University of Illinois

The Application Essay

 

 

Video:

Scholarship recipients Josie Chambers and Matt Grobis share their advice on writing personal statements.

The primary purpose of the personal essay is to allow you to express yourself and explain how you would use the grant to further your plans for the future. It also serves secondary purposes. It can show how diverse elements of your application are related and address any areas that might be ambiguous or problematic. The essay you write may tip the scale in your favor and compensate for less strong parts of your application. For this reason, some would rate the essay the most important part of the application.

As you prepare your essay, you need to consider your audience. You are writing for the selection committee of the scholarship in question. These are individuals - some professors, some former winners of this scholarship, some business and professional leaders - who are charged with selecting those applications that best exemplify the standards set forth by the scholarship donor. Be sure to read the scholarship description again to be clear on what criteria applicants must meet. Note that the "personal statement" is kind of a misnomer. Committee members are looking for more of an intellectual history of yourself-- one that subtly yet creatively illustrates some of your personal characteristics.

There are many different ways to write the essay, but whatever manner of presentation you use, the selection committee will be looking for certain things - insights about who you are, what values you hold, what you strive to do and become, your potential to contribute to your field, and how the program of study you list on your application relates to your history up to now and to your plans for the future.

The selection committee will be examining perhaps hundreds of applications from highly qualified individuals. From these applications perhaps only 25% or less will be considered for an interview. In this context, an outstanding essay must engage the reader at the outset, present your thoughts in a clear and organized manner, be a pleasure to read, and leave the reader wanting to know you better - as in a personal interview.

How is such an essay written? It is written in stages, the first being aggregation and development of material, in this case, the expression of your thoughts, values, and aspirations. And how do you produce this material? You write and you write and you write.

As a way to get things flowing, some writers collect ideas they have jotted down from time to time. Others use brainstorming, still others use free writing - just sitting down and writing - anything - for a page or more. The Writers Workshop provides tips on composing personal statements. We also recommend an online publication, Writing Personal Statements,which focuses on scholarships in particular. In addition, the National and International Scholarships Program has some hard copies of award-winning statements to share.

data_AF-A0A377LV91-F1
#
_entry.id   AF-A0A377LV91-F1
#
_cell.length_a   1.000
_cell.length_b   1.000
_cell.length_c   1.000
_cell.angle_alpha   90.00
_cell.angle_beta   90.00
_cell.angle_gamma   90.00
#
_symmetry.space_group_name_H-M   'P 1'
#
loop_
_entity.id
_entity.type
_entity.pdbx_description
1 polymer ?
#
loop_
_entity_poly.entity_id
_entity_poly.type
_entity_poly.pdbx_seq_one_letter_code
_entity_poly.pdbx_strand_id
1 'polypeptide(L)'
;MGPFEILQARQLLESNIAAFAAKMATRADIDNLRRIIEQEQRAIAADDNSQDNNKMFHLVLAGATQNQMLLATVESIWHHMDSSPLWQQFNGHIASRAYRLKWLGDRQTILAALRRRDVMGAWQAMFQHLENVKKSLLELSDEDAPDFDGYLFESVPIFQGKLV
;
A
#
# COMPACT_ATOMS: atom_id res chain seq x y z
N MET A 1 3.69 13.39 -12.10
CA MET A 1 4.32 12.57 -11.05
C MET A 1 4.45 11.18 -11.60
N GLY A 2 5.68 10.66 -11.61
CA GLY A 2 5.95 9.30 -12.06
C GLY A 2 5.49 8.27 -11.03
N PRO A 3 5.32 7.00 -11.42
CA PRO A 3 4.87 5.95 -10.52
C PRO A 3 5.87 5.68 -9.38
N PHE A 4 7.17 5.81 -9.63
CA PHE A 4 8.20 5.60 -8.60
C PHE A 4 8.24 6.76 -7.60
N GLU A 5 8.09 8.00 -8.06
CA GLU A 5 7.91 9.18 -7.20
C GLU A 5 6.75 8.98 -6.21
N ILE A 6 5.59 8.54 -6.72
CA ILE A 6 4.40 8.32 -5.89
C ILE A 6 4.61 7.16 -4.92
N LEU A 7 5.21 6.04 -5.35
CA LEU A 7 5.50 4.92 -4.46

The act of writing itself will stimulate more thinking and more ideas. In the first stage of writing, you seek only to capture your thoughts. At this stage, attempts to revise or edit should be suppressed, as they are counterproductive to the externalization of your inner dialogue.

Only when you have acquired a critical mass can you begin the next stage - which is reviewing what you have written and getting a sense of how you might organize this material. Some material you will choose to eliminate; some material you will choose to focus on and expand. Along the way, you may find it helpful to take a break from the essay, to let it sit for a while, and then to come back to it with a fresh perspective. When you have decided along what lines to organize the essay, list these ideas in outline form. Next on your to-do list will be an introduction, smooth transitions between ideas, and a conclusion. Flesh out the concepts into sentences, and call this your rough draft. This is the first of what may be any number of drafts, for multiple drafts are the norm. It's a good idea to put the date and time of each new draft at the top of the page to avoid confusion.

Remember that your personal essay should not restate your résumé or boast of the honors you have received. When beginning, dividing the essay into three parts may be useful: how your past experiences have influenced you or brought you to where you are today; how study in the UK, research in Kenya, your chosen graduate program, etc. will fit into your career goals, interests and/or professional aspirations; and how you hope to make a difference in your discipline and/or to the betterment of society. Tell a unique and engaging story of yourself.

At some point, the time will come to introduce your intellectual efforts to others who can be a positive influence - perhaps an instructor, perhaps your advisor, certainly the National and International Scholarships Program. While you may feel reluctant to expose your essay to the world, it is important to do so as other readers will catch things one person can not, see potentials to be explored, and offer valuable thoughts. Reviewers will appreciate your double spacing the essay to provide room for their remarks. Thoroughly consider their suggestions and revise your essay as you deem appropriate.

Finally, in the last stage turn your full attention to editing and proofreading for spelling, punctuation, and grammar. This is the polishing stage. Perfection is allowed here, and appearance does count.